How to make the future of ship recycling more responsible
Ship recycling needs to become more sustainable. More transparency could be the key to making this happen.
- Andrew Stephens
- Executive Director, Sustainable Shipping Initiative
- Nicole Rencoret
- Head of Communications and Development, Sustainable Shipping Initiative
"Transparency around current practices to raise the profile of ship recycling presents an opportunity..."
January 29 2019
At the Global Maritime Forum’s Annual Summit last October, the Sustainable Shipping Initiative sat down with industry leaders to discuss the challenges and opportunities in shipping. Together we painted a picture of the future of responsible ship recycling, asking the question: “How can stakeholders across the maritime industry work together to make responsible ship recycling more sustainable?”
Our answer: Be transparent! Sign up to the Ship Recycling Transparency Initiative.
The challenge: No level playing field for responsible ship recycling
2019 marks the 10th anniversary of the adoption of the Hong Kong International Convention for the safe and environmentally sound recycling of ships (Hong Kong Convention). Yet it still is not in force as we await its ratification¹.
Furthermore, we’ve seen little traction in the way of expanding global regulation beyond the Basel Convention on the Control of Transboundary Movements of Hazardous Wastes and Their Disposal (Basel Convention), IMO guidelines for the development of the ship recycling plan and the International Labour Organization’s Safety and health in shipbreaking: Guidelines for Asian countries and Turkey.
At the regional level however, there is some progress with European regulation recently coming into force: From 31 December 2018, the EU Ship Recycling Regulation requires all EU flagged vessels to use an approved ship recycling facility included in the European List of ship recycling facilities.
But this isn’t enough: the playing field remains uneven. Different and undefined approaches to ship recycling among shipowners, ship recyclers and other stakeholders in the ship recycling value chain means that good practice does not always get rewarded and bad practice can often go unchecked.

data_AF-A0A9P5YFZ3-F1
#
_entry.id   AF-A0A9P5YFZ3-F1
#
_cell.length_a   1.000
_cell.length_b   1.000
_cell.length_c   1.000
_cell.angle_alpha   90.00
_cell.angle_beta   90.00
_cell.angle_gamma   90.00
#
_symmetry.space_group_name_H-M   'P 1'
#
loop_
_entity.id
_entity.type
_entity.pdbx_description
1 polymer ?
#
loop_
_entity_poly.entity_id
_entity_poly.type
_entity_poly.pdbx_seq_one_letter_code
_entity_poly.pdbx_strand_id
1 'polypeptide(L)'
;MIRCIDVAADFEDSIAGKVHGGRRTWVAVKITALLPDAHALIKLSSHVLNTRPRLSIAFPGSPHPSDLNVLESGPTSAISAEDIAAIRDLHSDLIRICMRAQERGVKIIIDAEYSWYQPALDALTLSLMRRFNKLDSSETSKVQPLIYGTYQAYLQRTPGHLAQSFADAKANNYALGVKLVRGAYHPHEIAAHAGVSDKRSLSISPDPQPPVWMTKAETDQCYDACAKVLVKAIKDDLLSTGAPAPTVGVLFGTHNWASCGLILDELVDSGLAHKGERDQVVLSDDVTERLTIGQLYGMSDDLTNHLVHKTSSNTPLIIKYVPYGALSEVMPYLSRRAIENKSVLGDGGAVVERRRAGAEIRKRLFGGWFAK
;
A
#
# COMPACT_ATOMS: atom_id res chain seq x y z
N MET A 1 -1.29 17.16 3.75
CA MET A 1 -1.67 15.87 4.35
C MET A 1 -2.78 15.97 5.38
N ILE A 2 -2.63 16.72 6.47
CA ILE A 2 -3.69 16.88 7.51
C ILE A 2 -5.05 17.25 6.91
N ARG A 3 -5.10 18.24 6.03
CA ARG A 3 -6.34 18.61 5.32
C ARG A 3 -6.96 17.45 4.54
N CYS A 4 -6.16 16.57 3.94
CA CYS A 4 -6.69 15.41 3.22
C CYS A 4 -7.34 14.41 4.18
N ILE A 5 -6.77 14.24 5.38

The result? Ship recycling practices carrying high social, environmental, health and safety risks with potentially devastating impacts on marine life and the broader environment.
“Most ship recycling still happens under unacceptable standards. In the absence of effective regulation the market must act to raise the standards and to enable a level playing field. With the launch today, we encourage all fellow ship owners to sign up to the SRTI and cargo owners and investors to start using it.” — Søren Toft, Chief Operating Officer, A.P. Moeller-Maersk
The opportunity: Responsible ship recycling and informed decisions through voluntary disclosure
We see an opportunity for changing the industry narrative and creating a new norm. Through the simple act of companies being transparent about their approach to ship recycling, we can support and promote improved policy, practice and performance as well as help investors, cargo owners and other stakeholders to be accountable for their supply chain.
Responsible ship recycling is an important part of being a responsible industry. As many of us agreed at the Global Maritime Forum’s Annual Summit in Hong Kong, ship recycling is a complex issue. But there is something that can be done. The onus remains on shipowners to take responsibility for their ships and be proactive in changing the existing narrative on ship recycling. Being transparent about their ship recycling policies and practices will create fair competition, improve performance and enable the shipping industry to be held to account.
Transparency around current practices to raise the profile of ship recycling presents an opportunity in the face of reputational and environmental risks, in addition to increased pressure from investors. Being transparent will build trust and help investors, cargo owners and other stakeholders to be accountable for their supply chain. Raising the profile of ship recycling will move goal posts, influence practice and shape the development of a new industry narrative.